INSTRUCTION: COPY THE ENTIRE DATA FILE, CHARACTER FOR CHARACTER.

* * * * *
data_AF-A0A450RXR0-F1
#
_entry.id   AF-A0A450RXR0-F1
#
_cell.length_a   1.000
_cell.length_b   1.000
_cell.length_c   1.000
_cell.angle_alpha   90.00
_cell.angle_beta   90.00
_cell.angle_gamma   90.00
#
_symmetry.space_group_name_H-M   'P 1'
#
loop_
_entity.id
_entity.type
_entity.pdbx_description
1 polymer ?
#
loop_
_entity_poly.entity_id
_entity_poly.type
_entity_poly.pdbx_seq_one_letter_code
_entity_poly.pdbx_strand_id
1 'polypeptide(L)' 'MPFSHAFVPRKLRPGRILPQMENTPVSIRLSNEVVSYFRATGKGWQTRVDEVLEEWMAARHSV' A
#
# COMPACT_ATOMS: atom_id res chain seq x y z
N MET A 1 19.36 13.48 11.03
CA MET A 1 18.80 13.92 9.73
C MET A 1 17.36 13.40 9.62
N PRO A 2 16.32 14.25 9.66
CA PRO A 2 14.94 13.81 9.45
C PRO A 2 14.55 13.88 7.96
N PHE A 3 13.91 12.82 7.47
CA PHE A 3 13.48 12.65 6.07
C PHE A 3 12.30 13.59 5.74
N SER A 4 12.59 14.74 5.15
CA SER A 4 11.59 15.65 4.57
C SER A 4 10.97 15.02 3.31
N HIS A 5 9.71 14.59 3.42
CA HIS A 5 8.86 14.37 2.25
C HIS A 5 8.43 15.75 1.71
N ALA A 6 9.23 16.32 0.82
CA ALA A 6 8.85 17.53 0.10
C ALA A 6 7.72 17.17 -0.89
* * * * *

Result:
data_AF-A0A450RXR0-F1
#
_entry.id   AF-A0A450RXR0-F1
#
_cell.length_a   1.000
_cell.length_b   1.000
_cell.length_c   1.000
_cell.angle_alpha   90.00
_cell.angle_beta   90.00
_cell.angle_gamma   90.00
#
_symmetry.space_group_name_H-M   'P 1'
#
loop_
_entity.id
_entity.type
_entity.pdbx_description
1 polymer ?
#
loop_
_entity_poly.entity_id
_entity_poly.type
_entity_poly.pdbx_seq_one_letter_code
_entity_poly.pdbx_strand_id
1 'polypeptide(L)' 'MPFSHAFVPRKLRPGRILPQMENTPVSIRLSNEVVSYFRATGKGWQTRVDEVLEEWMAARHSV' A
#
# COMPACT_ATOMS: atom_id res chain seq x y z
N MET A 1 19.36 13.48 11.03
CA MET A 1 18.80 13.92 9.73
C MET A 1 17.36 13.40 9.62
N PRO A 2 16.32 14.25 9.66
CA PRO A 2 14.94 13.81 9.45
C PRO A 2 14.55 13.88 7.96
N PHE A 3 13.91 12.82 7.47
CA PHE A 3 13.48 12.65 6.07
C PHE A 3 12.30 13.59 5.74
N SER A 4 12.59 14.74 5.15
CA SER A 4 11.59 15.65 4.57
C SER A 4 10.97 15.02 3.31
N HIS A 5 9.71 14.59 3.42
CA HIS A 5 8.86 14.37 2.25
C HIS A 5 8.43 15.75 1.71
N ALA A 6 9.23 16.32 0.82
CA ALA A 6 8.85 17.53 0.10
C ALA A 6 7.72 17.17 -0.89